Update: Beddall’s identity has been confirmed, so we’ve updated this story to reflect that.
Update 2: Stevivor reached out to developer Rare for comment, though the UK-based studio declined to do so.
Original story: A former artist on Sea of Thieves has taken to Reddit to dish on the game, saying some of Rare’s employees “voiced their concerns that the game was insanely repetitive and shallow.”
“I worked on this game for over 2 years,” artist Rob Beddall wrote. “A lot of internal people voiced their concerns that the game was insanely repetitive and shallow. This was about a year a go before I left. I guess nothing has changed. I’ve been waiting a year for this day and the sh*t storm that would hit once everyone realised they had been sold half a game,” he continued. “I’m gonna sit back with a few beers and watch the story unfold.”
“All I can say is that the plans and ideas for the game were bigger than what was released but there were never any solid plans on extra game mechanics,” he wrote in another post. “For instance there were originally 7 different zones I think but that was cut down to 3. The main game loop has always been the same though. Personally I was hoping for dungeons and raids and such but that has never been a thing. My worry would be that it’s taken [Rare] 4 years or so to produce what’s there. Which isn’t a lot in terms of variety.
“The main pirate ship was constantly being worked on the whole time I was there. That’s 2 years for 1 asset. It became a bit of a joke among us. Personally I think they need to be a bit more relaxed and not be so anal about perfection if they’re going to release DLC. Otherwise there’s just not going to be enough content.”
Beddall’s posts weren’t simply full of malice — he also went into great detail about Sea of Thieves‘ early design processes.
“The original idea was that it was a buddy adventure. Like the kids movies the devs grew up with. Where 4 friends or so would be pulled out of their ordinary life and go on some wild adventure. It think that initial idea was awesome and had so much potential,” he explained. “We were even taken on an outing near the beginning of the project to watch The Goonies at a privately rented cinema with free beer to get a feel for what the game had to FEEL like when you played it. I absolutely believe that they had all the best intentions of making a truly awesome game. I personally just feel that they spent too much time on the tiny details rather than adding content.”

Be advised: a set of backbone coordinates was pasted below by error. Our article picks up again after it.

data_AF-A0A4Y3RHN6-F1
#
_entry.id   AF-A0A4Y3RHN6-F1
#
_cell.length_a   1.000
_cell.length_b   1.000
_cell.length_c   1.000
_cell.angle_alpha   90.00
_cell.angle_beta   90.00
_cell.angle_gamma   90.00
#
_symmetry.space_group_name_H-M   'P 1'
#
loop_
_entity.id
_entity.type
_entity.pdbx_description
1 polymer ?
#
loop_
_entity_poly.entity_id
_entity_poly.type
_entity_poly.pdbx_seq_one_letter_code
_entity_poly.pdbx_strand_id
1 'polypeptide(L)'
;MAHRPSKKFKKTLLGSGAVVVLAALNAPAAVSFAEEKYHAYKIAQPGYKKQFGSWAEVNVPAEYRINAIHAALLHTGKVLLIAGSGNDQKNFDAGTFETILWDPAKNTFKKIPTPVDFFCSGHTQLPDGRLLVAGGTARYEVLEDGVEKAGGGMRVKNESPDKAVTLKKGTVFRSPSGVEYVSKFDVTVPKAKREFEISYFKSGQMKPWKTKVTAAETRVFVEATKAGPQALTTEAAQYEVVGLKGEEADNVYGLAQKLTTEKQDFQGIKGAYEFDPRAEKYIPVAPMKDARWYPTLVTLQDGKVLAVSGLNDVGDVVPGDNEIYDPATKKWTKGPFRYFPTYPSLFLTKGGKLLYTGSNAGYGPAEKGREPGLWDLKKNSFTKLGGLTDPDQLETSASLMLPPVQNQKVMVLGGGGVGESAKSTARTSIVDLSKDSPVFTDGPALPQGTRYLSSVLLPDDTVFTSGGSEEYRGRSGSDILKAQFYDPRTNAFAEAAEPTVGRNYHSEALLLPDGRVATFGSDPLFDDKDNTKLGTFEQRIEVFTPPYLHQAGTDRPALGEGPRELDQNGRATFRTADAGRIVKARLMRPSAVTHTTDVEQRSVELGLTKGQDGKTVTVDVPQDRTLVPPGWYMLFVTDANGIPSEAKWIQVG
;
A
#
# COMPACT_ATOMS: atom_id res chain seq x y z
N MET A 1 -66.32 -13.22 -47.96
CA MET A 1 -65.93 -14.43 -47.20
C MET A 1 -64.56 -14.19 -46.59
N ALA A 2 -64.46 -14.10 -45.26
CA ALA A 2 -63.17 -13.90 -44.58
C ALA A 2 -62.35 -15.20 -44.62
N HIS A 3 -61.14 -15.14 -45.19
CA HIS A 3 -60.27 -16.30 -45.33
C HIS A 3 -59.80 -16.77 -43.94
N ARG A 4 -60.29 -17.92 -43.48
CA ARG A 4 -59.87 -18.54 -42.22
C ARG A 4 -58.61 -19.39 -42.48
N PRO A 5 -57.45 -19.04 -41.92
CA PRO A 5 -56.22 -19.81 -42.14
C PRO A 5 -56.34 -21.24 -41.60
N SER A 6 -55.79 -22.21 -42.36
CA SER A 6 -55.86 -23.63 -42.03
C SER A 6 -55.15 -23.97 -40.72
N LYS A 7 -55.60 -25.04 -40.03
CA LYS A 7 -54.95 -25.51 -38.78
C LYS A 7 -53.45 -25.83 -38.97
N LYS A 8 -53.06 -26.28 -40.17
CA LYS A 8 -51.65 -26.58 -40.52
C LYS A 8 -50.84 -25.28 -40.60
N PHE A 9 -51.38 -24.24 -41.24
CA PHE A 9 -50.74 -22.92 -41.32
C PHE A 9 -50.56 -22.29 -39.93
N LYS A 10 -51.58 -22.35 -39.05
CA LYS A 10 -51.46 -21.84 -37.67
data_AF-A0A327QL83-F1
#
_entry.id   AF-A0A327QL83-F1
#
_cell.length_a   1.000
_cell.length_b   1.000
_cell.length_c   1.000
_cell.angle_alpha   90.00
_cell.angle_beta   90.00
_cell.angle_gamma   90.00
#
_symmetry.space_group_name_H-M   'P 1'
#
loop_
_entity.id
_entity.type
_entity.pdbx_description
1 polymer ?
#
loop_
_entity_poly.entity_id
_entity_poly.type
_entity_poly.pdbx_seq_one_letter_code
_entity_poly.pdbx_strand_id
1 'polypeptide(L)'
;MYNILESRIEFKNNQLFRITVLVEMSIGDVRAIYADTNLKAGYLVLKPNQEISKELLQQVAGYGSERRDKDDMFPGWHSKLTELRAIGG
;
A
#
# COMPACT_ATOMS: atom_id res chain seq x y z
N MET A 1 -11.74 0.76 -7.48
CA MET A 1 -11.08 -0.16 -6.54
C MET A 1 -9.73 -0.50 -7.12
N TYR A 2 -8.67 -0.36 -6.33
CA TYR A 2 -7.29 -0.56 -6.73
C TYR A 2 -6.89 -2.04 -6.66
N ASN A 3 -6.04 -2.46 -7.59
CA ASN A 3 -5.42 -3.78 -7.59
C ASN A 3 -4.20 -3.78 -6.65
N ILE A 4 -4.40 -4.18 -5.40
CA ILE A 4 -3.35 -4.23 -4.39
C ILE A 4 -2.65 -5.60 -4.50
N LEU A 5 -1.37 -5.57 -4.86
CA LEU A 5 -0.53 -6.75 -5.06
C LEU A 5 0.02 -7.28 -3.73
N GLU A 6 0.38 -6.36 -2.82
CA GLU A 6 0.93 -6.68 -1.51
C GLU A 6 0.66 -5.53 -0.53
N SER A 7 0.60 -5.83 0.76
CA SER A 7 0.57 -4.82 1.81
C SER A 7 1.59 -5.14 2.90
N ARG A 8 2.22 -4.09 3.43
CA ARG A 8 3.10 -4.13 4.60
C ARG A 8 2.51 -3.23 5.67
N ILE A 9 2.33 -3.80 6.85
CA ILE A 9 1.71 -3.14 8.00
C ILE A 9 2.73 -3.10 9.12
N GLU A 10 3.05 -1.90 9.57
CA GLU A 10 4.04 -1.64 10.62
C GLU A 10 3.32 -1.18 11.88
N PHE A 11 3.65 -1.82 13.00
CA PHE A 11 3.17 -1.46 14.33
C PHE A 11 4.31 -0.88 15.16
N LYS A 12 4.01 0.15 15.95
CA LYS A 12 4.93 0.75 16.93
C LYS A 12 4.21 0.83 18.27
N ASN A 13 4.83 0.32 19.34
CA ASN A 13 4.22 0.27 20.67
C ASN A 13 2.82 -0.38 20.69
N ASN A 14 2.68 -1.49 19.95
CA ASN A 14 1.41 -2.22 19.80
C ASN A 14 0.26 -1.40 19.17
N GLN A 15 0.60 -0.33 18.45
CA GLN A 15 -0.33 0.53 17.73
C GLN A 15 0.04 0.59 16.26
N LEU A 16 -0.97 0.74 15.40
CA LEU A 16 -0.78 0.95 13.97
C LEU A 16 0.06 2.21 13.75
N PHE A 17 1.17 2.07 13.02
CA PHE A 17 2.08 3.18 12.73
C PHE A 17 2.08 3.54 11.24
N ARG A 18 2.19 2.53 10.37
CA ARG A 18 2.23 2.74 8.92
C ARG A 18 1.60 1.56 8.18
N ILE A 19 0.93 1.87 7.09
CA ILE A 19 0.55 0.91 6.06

“I’m not sure if they made it into the final game but in the prototype you could steal other players ships, and you could set ships on fire … often accidentally by trying to cook food,” he said in another post. “It was a blast.”
Beddall also explained how anchors proven to be problematic for the game’s artists, also saying that Sea of Thieves was originally planned to contain microtransactions.
“All through production there was no physical anchor in the game (they were planning on anchors being an upgrade you could buy through microtransactions, alongside sniper scopes…),” he wrote. “The problem being, that the way the ship was designed, there was nowhere for the anchor to go. But from the layout of the ship you could see that the chain from the capstan went through a wooden box on the lower deck meaning that the anchor was clearly just being ‘pooped’ out the back of the ship.
“I know coz I was one of the artists who built the ship and questioned this design decision many times but just got shut down. It always seemed really odd to me that no-one had even looked at how an anchor works on a ship, in a game about pirate ships.”
Beddall’s Reddit account was created back in 2012. Rob Beddall worked on Sea of Thieves between October 2014 and January 2017. While Stevivor has approached Mr. Beddall in an attempt to verify his identity, he did not comply. We’ve since received screenshots from Beddall, sent via DM to other Redditors, that have confirmed his identity.
Sea of Thieves is available now on Windows PC and Xbox One.